“And I’ve got papers to grade. It’s hard to believe the semester ends next week.” Natasha retrieved her shake and slipped out the door into the snow.
Natasha wrote a “C” on the top of the last paper and set it with the others. Sighing, she picked up her favorite mug, with a cute, fuzzy cat warning “Keep your paws off my hot chocolate,” and dropped in a few more marshmallows from the plate on the coffee table. She swirled them around before finishing off the cocoa. Her joints protested when she stood up. Not so young anymore. Moving to her living room window, she pushed the curtains aside and looked out.
The bright casino lights that dominated the town’s one major road flickered on the foot of new snow that had fallen. Natasha thought it looked like one of the Christmas postcards her daughter had sent her from Montana the last few years. “Help,” she laughed quietly, “I’ve fallen into a postcard, and I can’t get out!”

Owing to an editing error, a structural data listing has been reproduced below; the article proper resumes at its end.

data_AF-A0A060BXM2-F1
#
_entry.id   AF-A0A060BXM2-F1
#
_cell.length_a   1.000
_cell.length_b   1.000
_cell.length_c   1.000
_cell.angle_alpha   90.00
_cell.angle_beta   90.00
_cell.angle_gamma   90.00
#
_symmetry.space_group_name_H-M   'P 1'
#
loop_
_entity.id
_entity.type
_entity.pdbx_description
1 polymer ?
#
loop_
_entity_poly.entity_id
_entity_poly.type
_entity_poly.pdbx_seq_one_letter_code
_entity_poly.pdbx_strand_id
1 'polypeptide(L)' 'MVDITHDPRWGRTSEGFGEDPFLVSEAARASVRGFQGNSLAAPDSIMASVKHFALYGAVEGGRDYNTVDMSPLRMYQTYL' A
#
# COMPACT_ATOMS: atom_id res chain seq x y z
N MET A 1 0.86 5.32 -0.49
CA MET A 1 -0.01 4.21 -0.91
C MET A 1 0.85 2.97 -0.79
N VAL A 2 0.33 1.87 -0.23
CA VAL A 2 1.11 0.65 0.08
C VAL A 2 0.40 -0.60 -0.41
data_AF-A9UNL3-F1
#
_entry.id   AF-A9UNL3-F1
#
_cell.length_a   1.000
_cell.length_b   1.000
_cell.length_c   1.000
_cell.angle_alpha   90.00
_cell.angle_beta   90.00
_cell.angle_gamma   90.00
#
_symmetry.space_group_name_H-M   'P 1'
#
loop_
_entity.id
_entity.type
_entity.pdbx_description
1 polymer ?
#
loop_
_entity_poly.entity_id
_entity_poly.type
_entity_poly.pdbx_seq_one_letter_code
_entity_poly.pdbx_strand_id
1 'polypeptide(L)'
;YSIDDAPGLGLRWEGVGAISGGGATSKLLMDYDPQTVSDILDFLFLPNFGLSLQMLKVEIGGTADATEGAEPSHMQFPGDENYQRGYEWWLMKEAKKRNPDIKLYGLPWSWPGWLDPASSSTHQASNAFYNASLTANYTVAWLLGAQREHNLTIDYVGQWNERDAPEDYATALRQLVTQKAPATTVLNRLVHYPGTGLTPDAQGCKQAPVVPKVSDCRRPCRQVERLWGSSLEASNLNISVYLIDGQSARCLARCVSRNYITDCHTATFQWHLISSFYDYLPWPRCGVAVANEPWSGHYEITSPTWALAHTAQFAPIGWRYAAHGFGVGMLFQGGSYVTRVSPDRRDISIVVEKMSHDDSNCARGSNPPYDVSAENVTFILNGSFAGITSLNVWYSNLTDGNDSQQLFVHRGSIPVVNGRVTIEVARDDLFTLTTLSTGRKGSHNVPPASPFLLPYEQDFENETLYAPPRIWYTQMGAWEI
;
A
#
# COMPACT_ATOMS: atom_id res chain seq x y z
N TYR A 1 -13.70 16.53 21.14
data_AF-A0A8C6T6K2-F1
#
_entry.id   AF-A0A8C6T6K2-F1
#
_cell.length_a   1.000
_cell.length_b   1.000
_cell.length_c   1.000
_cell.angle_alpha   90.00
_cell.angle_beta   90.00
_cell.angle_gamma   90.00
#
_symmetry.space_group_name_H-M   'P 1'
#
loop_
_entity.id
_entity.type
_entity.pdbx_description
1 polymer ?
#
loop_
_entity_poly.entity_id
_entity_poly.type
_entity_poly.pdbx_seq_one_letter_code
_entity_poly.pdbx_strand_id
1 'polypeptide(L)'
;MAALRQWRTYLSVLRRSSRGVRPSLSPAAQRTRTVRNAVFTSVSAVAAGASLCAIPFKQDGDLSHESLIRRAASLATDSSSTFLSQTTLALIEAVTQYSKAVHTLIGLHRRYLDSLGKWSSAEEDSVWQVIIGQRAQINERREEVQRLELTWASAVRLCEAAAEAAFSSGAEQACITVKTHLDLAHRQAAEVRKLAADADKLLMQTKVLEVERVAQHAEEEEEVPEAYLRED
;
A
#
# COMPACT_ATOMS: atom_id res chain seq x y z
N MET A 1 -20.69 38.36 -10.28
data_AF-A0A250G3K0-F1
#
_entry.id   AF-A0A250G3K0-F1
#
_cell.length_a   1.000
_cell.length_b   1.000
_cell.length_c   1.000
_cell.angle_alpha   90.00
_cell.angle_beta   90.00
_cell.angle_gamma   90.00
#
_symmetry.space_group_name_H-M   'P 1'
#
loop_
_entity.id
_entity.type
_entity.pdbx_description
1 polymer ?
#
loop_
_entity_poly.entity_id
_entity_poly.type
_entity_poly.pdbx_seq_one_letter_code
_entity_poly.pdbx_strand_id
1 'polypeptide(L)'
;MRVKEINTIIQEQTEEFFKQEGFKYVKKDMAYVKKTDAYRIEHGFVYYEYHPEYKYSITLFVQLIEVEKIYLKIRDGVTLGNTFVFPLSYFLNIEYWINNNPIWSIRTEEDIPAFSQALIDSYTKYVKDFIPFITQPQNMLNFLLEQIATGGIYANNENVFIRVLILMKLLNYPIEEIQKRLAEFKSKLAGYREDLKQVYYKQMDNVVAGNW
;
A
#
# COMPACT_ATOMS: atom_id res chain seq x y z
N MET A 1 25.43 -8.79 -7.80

She stayed at the window a few minutes longer, watching the light dusting of flurries spiral down from the night sky. Her laughter faded, and she felt very alone. My first Christmas by myself. She thought of Tony, her youngest son, who she’d just shipped off to college in Florida a few short months ago, right before she took the teaching position and moved to a small town on the northern border of Nevada. He’d refused her offer to join her for Christmas.
“Are you kidding?” he’d asked. “Christmas in Nevada? It snows there you know.”
She’d laughed with him then–the holidays were still a long way off. Now they were practically on top of her. Looking down at the dirty mug still in her hand, she started toward the sink to rinse it out. But a movement outside brought her attention once more to the window.